Tuesday, December 12, 2006

Good Writing vs. A Good Story

Ian Fleming was a storyteller - but he wasn't a great writer.

I'm about 3/4 done with Casino Royale. From page one, I could see that Fleming was not a great writer. But - he can tell a story. And that particular story—and that particular character— have morphed into a multi-million dollar business.

How is this possible? Today we're taught to write the best book we can - and there's a lot that goes into that. Good grammar, plot structure, description, character development, action verbs...the list can go on and on. So how can Fleming get away with breaking some of those rules?

Because he can tell a good story.

Honestly, this frustrates me a bit. I've read my share of books where the writing wasn't that great, but the story was wonderful. And I've also read books where the writing is amazing and the story is only so-so.

My biggest problem right now is reading those books where the writing isn't very good. I have a horrible time trying to plow through prose that is not very readable. And then it makes me wonder how the book got published in the first place. But then again, I'm a writer. I notice these things. I notice if the passive voice is used, or if too much backstory is dumped into the first chapter, or if the POV switches mid-scene. Do ordinary readers notice this?

What has been your experience? Have you read a lot of great books where the writing and story is great, or where the writing is good and the story isn't? Or vice versa? If you're a writer, how does it make you feel to read a great story with lackluster writing? Or vice versa?


  1. well, I'd rather read a great story with so so writing, than great writing with a so so story. Though I've noticed if the story is good enough, the mechanics of the writing seem to fade away and not bother me as much.

    I do think there are a lot of blockbuster novels where the story is so great, the characters so dynamic, that even if the writing itself isn't that great, the creativity of the story and the characters still makes it a best seller.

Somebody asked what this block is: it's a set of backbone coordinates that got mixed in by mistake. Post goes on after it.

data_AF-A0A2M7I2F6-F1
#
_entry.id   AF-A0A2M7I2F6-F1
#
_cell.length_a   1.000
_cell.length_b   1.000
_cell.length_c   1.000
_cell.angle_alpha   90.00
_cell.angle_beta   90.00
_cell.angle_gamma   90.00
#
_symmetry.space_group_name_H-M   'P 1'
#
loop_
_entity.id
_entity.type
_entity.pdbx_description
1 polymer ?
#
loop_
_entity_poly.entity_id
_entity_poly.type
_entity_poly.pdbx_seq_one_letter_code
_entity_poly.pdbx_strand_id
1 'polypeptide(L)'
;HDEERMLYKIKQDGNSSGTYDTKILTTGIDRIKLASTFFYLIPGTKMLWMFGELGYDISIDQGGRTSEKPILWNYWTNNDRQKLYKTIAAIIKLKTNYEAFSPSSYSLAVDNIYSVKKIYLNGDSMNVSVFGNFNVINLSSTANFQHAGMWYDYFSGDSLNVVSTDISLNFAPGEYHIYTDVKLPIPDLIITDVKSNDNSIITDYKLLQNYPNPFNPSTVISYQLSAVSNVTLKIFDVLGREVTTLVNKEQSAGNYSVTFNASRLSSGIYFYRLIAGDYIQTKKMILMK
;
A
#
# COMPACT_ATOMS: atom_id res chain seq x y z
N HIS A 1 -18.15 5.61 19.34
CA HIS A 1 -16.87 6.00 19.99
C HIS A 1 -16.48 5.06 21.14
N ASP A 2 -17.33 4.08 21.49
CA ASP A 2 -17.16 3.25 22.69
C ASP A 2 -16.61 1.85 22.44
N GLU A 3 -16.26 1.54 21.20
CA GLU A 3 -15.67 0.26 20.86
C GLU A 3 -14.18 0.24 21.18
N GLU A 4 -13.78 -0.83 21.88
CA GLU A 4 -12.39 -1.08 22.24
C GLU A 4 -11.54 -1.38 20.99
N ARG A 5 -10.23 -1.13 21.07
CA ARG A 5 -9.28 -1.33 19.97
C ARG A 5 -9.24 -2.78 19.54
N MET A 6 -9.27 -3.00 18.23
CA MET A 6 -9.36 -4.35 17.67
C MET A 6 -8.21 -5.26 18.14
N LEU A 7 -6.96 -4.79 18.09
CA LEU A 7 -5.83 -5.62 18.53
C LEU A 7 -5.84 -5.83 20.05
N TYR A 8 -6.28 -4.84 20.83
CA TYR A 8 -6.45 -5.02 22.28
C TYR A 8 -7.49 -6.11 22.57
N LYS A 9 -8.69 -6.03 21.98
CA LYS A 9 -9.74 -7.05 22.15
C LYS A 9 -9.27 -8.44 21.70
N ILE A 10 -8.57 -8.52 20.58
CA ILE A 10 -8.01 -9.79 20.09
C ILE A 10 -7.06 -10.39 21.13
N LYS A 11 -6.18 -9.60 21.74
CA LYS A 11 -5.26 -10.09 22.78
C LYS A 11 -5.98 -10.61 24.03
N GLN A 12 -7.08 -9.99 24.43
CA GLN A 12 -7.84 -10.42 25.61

2. I know, this issue can be frustrating. I remember reading Timeline by Michael Crichton and thinking the writing was the worst possible. Yet it got made into a movie, and Crichton is enormously successful and wealthy as a writer. His books all have "high concept." I really believe that every poorly-written book that "makes it" does so because there's something special there, and it's not necessarily the writing. Maybe there's a great character or a "high concept" -- something that excites readers. Sometimes it makes me think we strugglers worry too much about craft; but, to me, craft will always be tremendously important. Because when a writer latches onto something exciting, and then carries it off artistically, it's the best of all possible worlds.

  3. I've read them all, and yes, the great story/lousy writing; great writing/lousy story gets to me. But there are readers for just about anything. There's a famous writer in another genre that I literally do not understand - in my humble opinion neither the story or writing is very good, but this person is FAMOUS! I don't understand it.

  4. I admit to liking both, good story and good writing. And, of course, what constitutes good writing is very subjective. Sean LOVES the fact that Fleming goes into minute detail of seemingly small objects. The fact it keeps him interested is a sign of good writing - at least, in his opinion.

    Dan Brown is another example of this - many people (me included) deplore his writing but read the book for the story. Others rave about how good his writing is.